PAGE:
The Bruins remain closed for business at this hour, but they continued to plan for their future Wednesday, adding 6-foot-5-inch Minnesota-Duluth free agent defenseman Nick Wolff to their pool of back-line prospects.

The signing was announced mid-day in a press release by Veritas Hockey, the St. Paul-based player agency that represents Wolff, followed by a Bruins press release around 7 p.m. in which the club also confirmed the signing of University of Maine goalie Jeremy Swayman.

The Globe reported on Tuesday that Swayman, chosen 111th in the 2017 draft, decided to turn pro with the Black and Gold and not return to Maine for his junior season.


Swayman signed a three-year entry-level contract, while Wolff signed for only the 2020-21 season.

In four seasons with the Bulldogs, Wolff had 14 goals and 39 assists in 156 games.
In four seasons with the Bulldogs, Wolff had 14 goals and 39 assists in 156 games.Andy Clayton-King/Associated Press

Wolff, former Bulldog teammate of Bruins winger Karson Kuhlman, was first spotted by the Bruins a couple of years ago, leading to his invitation to the club’s summer development camps in 2018 and ’19. A Minnesota homeboy, he helped UM-D win two Frozen Four titles in his four years on the club’s back line.

Wolff grew up in Eagan, Minn., just southeast of Bloomington, and went undrafted in his senior year of high school. He is a big (6-5/229), rangy, left shot defenseman with some valued snarl. ,

“Genuinely aggressive,” said Kirk Luedeke, assistant GM of the USHL’s Omaha Lancers. "If you’re a Bruins fan who likes toughness, this is like hitting the lottery. Probably a year or two away from being in the NHL, but think of him as an Adam McQuaid type with a little more range to his game.”

Wolff was a Bulldog cocaptain this season and had a shot at appearing in his fourth consecutive NCAA title game, until the coronavirus epidemic wiped out what remained of college hockey in 2019-20.


UM-D, with Wolff on its back line, trimmed UMass, 3-0, in last spring’s Frozen Four title game in Buffalo.

Wolff this season played in 33 games with Duluth and had a line of 0-10—10 with 42 penalty minutes. Across his four years, he played in 156 games with 14-39—53 and a 233 career PIMs.

Per puckpedia.com, Wolff’s one-year deal carries a total value of $792,500, but only $162,500 guaranteed. If he plays for the varsity, he will earn $700,000. Otherwise, he is guaranteed his $92,500 signing bonus and a minor league salary of $70,000.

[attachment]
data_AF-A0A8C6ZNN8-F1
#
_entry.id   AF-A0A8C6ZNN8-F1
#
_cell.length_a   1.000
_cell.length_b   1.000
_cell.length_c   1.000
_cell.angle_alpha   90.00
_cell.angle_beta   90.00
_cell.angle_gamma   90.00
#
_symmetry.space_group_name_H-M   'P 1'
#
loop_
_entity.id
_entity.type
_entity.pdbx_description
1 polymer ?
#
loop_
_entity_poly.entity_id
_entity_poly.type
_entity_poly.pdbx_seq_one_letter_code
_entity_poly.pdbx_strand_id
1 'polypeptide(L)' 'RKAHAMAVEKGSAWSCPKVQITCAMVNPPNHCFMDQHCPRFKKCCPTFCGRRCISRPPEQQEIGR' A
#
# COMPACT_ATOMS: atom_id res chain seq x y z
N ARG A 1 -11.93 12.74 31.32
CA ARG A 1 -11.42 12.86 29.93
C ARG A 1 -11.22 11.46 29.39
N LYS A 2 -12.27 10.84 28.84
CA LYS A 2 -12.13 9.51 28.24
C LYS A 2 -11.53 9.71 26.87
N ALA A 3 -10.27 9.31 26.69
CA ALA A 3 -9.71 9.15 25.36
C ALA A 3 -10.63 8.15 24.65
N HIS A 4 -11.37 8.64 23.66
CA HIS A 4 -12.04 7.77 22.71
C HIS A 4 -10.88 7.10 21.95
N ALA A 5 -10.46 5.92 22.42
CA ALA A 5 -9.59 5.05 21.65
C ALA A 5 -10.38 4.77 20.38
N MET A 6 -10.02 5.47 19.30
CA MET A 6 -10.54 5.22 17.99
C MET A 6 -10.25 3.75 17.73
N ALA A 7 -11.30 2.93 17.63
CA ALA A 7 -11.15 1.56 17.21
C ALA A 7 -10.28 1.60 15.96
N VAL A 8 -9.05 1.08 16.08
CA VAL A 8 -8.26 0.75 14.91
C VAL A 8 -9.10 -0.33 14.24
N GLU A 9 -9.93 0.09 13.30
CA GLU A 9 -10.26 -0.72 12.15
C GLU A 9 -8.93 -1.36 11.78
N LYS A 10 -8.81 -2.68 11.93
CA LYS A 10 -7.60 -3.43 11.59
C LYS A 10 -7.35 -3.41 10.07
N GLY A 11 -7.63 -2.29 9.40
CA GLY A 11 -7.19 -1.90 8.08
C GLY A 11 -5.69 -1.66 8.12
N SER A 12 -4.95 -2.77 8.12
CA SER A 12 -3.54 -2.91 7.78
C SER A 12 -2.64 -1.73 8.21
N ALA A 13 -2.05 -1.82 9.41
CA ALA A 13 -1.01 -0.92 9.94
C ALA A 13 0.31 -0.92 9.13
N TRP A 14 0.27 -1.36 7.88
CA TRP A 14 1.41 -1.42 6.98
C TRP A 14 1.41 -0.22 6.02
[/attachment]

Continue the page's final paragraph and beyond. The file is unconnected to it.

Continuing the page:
Anyone game?

Bruins winger David Pastrnak, NHL leading scorer and Dunkins pitchman extraordinaire, earlier this week began booking invitations to play Fortnite, the highly popular video game.

The only qualifier: opponent must be “a good player."

Would you be interested in playing Fortnite against David Pastrnak?
Would you be interested in playing Fortnite against David Pastrnak?John Tlumacki

Pastrnak, 23, was tied for the league lead in goals (48) with superstar Capitals winger Alex Ovechkin when the NHL suspended its season last Thursday. Toronto’s Auston Matthews ranked No. 3 with 47.

Pastrnak issued his Fortnite invitation via Instagram. No mention of the results on Pasta’s Twitter account @pastrnak96.

Swayman a finalist

Jeremy Swayman, the Maine goaltender who notified the Black Bears earlier in the week that he intends to turn pro with the Bruins, was one of four Hockey East players named Wednesday among the 10 Hobey Baker finalists.

The others were Jack Dugan of Providence (LW, sophomore), John Leonard (C, junior) of UMass, and David Farrance (D, junior) of Boston University.

New Bruins goaltender Jeremy Swayman has a shot at the Hobey Baker Award.
New Bruins goaltender Jeremy Swayman has a shot at the Hobey Baker Award.Steve Luciano/Associated Press

Swayman, chosen by the Bruins with the 111th pick in the 2017 draft, went 18-11-5 with Maine this season and finished his NCAA career with a 47-40-12 mark.


USHL is done

The USHL, the development league where Wolff played for two seasons prior to joining Minnesota-Duluth, decided Wednesday to shut down for the season, yet another league to call it quits amid the ongoing coronavirus epidemic.

The USHL suspended play last week, with approximately a month’s worth of regular-season games remaining. The move means the league will not crown a playoff champion.

Kevin Paul Dupont can be reached at kevin.dupont@globe.com. Follow him on Twitter @GlobeKPD.